Like all myths, the Darwinian one has had to be modified many times to adapt to new discoveries. It has, as Huxley famously said in the 19th Century, 'died the death of a thousand qualifications' (true, he wasn't referring to the Evolution myth, but it's applicable).

Why do seemingly intelligent people go on believing this myth?

Right; it is these mysterious 'forces' and the 'process' that we need to push them on more..

It's really not very mysterious. The "force" is simply the desire to survive and pro-create. The "process" is that beneficial mutations are passed down through offspring and mutations with negative impacts on survival and pro-creation are not.
Seeker4Truth
Posts: 13
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8/1/2011 2:24:10 PM
Posted: 5 years ago
Apologies for not responding sooner, but I have been feeling somewhat unwell.

Let me give a brief outline of my position here, which I will try to expand on, when I am feeling better.

1. By myth I mean:

'A commonly-held but false belief, a common misconception; a fictitious or imaginary person or thing; a popular conception about a real person or event which exaggerates or idealizes reality.

A person or thing held in excessive or quasi-religious awe or admiration based on popular legend.'

http://en.wiktionary.org...

Or after the OED: Myth is:

... the product of man's emotion and imagination, acted upon by his surroundings.
[These are not the best definitions of myth, but they will do for now]

2. Given the demise of traditional religious beliefs in the West, science has usurped their role as a source of 'truth' and authority and has itself become a (quasi) religion - Scientism.

3. As such, it has to answer the universal human question, 'Where did we come from?' This it attempts to do with its own myth of origins, known as the Theory of Evolution.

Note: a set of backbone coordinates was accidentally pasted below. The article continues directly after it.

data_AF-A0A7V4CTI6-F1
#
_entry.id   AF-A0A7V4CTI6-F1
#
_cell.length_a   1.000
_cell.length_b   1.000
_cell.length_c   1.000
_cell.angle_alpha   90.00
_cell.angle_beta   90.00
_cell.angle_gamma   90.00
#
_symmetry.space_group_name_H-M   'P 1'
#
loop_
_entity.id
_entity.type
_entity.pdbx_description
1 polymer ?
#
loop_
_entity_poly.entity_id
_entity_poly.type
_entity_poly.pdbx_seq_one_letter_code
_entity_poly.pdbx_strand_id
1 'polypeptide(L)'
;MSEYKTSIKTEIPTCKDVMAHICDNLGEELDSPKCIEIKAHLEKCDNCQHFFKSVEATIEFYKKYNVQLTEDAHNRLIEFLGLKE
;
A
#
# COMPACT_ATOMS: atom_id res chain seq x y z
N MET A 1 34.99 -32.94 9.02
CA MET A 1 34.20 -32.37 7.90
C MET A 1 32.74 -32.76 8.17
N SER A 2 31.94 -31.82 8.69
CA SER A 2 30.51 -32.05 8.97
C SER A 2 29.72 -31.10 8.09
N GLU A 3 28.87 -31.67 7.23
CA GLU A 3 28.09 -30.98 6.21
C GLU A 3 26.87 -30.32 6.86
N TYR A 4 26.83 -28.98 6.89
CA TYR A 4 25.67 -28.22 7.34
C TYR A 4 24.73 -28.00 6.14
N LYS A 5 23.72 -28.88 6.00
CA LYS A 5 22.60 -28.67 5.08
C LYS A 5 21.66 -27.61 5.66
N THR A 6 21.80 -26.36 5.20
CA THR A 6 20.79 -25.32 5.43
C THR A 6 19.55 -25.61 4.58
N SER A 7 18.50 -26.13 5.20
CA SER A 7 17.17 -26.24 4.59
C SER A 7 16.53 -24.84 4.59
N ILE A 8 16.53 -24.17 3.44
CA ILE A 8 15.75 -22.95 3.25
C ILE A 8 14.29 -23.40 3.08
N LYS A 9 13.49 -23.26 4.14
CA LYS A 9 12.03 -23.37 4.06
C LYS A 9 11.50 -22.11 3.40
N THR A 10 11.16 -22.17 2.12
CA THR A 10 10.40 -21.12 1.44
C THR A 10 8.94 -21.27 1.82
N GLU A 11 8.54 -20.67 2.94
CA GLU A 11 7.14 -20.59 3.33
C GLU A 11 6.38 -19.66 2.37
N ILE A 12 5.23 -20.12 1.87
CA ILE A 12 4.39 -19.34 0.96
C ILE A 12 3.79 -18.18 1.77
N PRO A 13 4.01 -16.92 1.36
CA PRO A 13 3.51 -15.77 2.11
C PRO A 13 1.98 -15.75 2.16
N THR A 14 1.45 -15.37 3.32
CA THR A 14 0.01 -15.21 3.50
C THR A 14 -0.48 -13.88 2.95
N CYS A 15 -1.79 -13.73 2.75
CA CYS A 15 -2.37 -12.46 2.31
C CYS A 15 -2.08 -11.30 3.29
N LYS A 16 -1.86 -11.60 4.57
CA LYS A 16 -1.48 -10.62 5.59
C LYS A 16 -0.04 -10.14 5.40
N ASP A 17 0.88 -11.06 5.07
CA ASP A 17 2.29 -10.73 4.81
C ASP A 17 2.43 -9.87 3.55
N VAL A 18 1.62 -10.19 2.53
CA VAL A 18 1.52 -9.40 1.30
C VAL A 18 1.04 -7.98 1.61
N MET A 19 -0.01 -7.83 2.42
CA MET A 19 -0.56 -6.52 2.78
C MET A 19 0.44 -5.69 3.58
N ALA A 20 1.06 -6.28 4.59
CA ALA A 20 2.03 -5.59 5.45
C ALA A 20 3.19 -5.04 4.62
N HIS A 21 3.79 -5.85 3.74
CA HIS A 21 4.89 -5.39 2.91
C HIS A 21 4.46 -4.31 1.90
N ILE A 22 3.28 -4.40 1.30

4. This myth is presented as being 'science'. However, it is not in the least scientific, but rather conforms to the definitions of myth given above.

Apologies for any typing errors!
seraine
Posts: 734
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8/1/2011 7:41:33 PM
Posted: 5 years ago
At 8/1/2011 2:24:10 PM, Seeker4Truth wrote:
Apologies for not responding sooner, but I have been feeling somewhat unwell.

Let me give a brief outline of my position here, which I will try to expand on, when I am feeling better.

1. By myth I mean:

'A commonly-held but false belief, a common misconception; a fictitious or imaginary person or thing; a popular conception about a real person or event which exaggerates or idealizes reality.

A person or thing held in excessive or quasi-religious awe or admiration based on popular legend.'

http://en.wiktionary.org...

Or after the OED: Myth is:

... the product of man's emotion and imagination, acted upon by his surroundings.
[These are not the best definitions of myth, but they will do for now]

2. Given the demise of traditional religious beliefs in the West, science has usurped their role as a source of 'truth' and authority and has itself become a (quasi) religion - Scientism.

3. As such, it has to answer the universal human question, 'Where did we come from?' This it attempts to do with its own myth of origins, known as the Theory of Evolution.

4. This myth is presented as being 'science'. However, it is not in the least scientific, but rather conforms to the definitions of myth given above.

Apologies for any typing errors!

And why is it false?

As I said, without evidence we have naught but to call you a troll.
DATCMOTO
Posts: 6,160
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8/2/2011 4:53:49 AM
Posted: 5 years ago
At 8/1/2011 6:54:04 AM, feverish wrote:
At 8/1/2011 5:22:50 AM, DATCMOTO wrote:
At 7/31/2011 8:26:27 AM, Seeker4Truth wrote:
The Darwinian theory of Evolution is no more than a myth. True, it is a very entertaining myth, but one that is no more plausible than the ancient myths of the Saxons, Vikings and Greeks.

In the Darwinian myth, the ancient gods have been replaced by 'the forces of nature' (or some such), which, in the way it is often portrayed, seems like some kind of divinity.